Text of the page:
UPDATE: California to Make Record Payout to Man Wrongfully Convicted of Murder

Craig Coley, who spent 39 years in prison for a murder he didn't commit, talks with reporters Thursday, Feb. 15, 2018, in Sacramento, Calif. Coley says it was the "worst nightmare" and even nearly $2 million in state compensation can't make up for his lost time. (AP Photo/Rich Pedroncelli)

Last Christmas we brought you the story of Craig Coley, a California man who was imprisoned for 38 years for a double murder he didn’t commit. After DNA testing was performed on key pieces of evidence – and Coley’s DNA was nowhere to be found – he was granted a full and unconditional pardon from Gov. Jerry Brown and was released from Folsom State Prison in November, 2017.

After his release, Coley filed a claim with the California Victim Compensation Board. In their decision after a hearing last week the board said they “unequivocally accept that he is factually innocent” and awarded him nearly $2 million, which is $140 a day for each of the 13,991 days he was wrongfully behind bars. The Legislature still has to sign off on the award, but Coley’s attorneys are asking that the process be expedited.

He’s been living with retired detective Mike Bender’s family since his release, but Coley plans to use part of the payout to purchase a home and a dog, and do a few other things.

“I don’t have that many years left. I want to travel a little bit, I want to see some friends that I haven’t seen in a long time. There’s a lot of things that I want to do.”

The money will give him some financial stability but can never make up for the time he lost with his parents, friends, and loved ones. Coley’s attorney Ron Kaye said:

“Nothing can make up for that lost time. He’s been robbed of the opportunity to have a family. He’s been robbed of the opportunity to have a career.”

Coley was convicted of the murders of his ex-girlfriend and her four-year-old son, but even at the time of trial many in the community questioned whether police had the right man. The case was largely circumstantial, relying on the fact that Coley had a key to Ronda Wicht’s apartment and there wasn’t a sign of forced entry, and on testimony from witnesses whose stories changed or were otherwise unreliable.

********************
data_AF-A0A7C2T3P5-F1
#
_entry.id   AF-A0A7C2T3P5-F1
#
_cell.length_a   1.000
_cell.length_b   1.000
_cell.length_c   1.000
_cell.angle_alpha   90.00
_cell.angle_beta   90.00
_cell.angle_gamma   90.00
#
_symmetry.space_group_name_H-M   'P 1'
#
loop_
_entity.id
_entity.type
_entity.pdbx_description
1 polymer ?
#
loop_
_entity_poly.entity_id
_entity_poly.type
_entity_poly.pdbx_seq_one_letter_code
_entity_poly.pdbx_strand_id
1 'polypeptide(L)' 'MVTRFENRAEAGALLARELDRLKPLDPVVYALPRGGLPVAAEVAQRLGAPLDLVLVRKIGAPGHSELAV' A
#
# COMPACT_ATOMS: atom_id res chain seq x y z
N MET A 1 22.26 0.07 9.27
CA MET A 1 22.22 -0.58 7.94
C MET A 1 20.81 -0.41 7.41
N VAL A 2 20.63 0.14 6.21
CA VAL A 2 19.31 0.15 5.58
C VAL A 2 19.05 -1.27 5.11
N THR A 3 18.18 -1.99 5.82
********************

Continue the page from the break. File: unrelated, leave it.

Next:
Defense attorneys criticized Simi Valley police for failing to investigate three other possible suspects, according to news accounts at the time. And the Simi Valley Mirror, a weekly tabloid, published reports asserting that investigators had focused on an innocent man.

More details about the “key evidence” that was re-tested was revealed during the hearing and in filings with the Commission.

A piece of Wicht’s bedsheet the night she was found dead contained another man’s sperm, along with a man’s epithelial cells. It’s unclear whether they belong to the same person, but Coley’s DNA was not found on the sheet.

Investigators also tested stains, blood and semen on a child’s Mickey Mouse T-shirt that police at the time said they discovered in a pile of dirty clothes during a search of Coley’s apartment after the murders. New tests on the shirt revealed the boy’s DNA, as well as the sperm of several individuals. None of them matched Coley.

In addition, Gov. Brown stated that “three current and former police officers” had contacted his office saying that the original investigating detective “mishandled the investigation or framed Mr. Coley.” Coley is also filing a lawsuit for his damages, and hopefully those three officers will provide testimony in that effort.

Back in Simi Valley, Detective Dan Swanson is actively pursuing leads to find the real killer.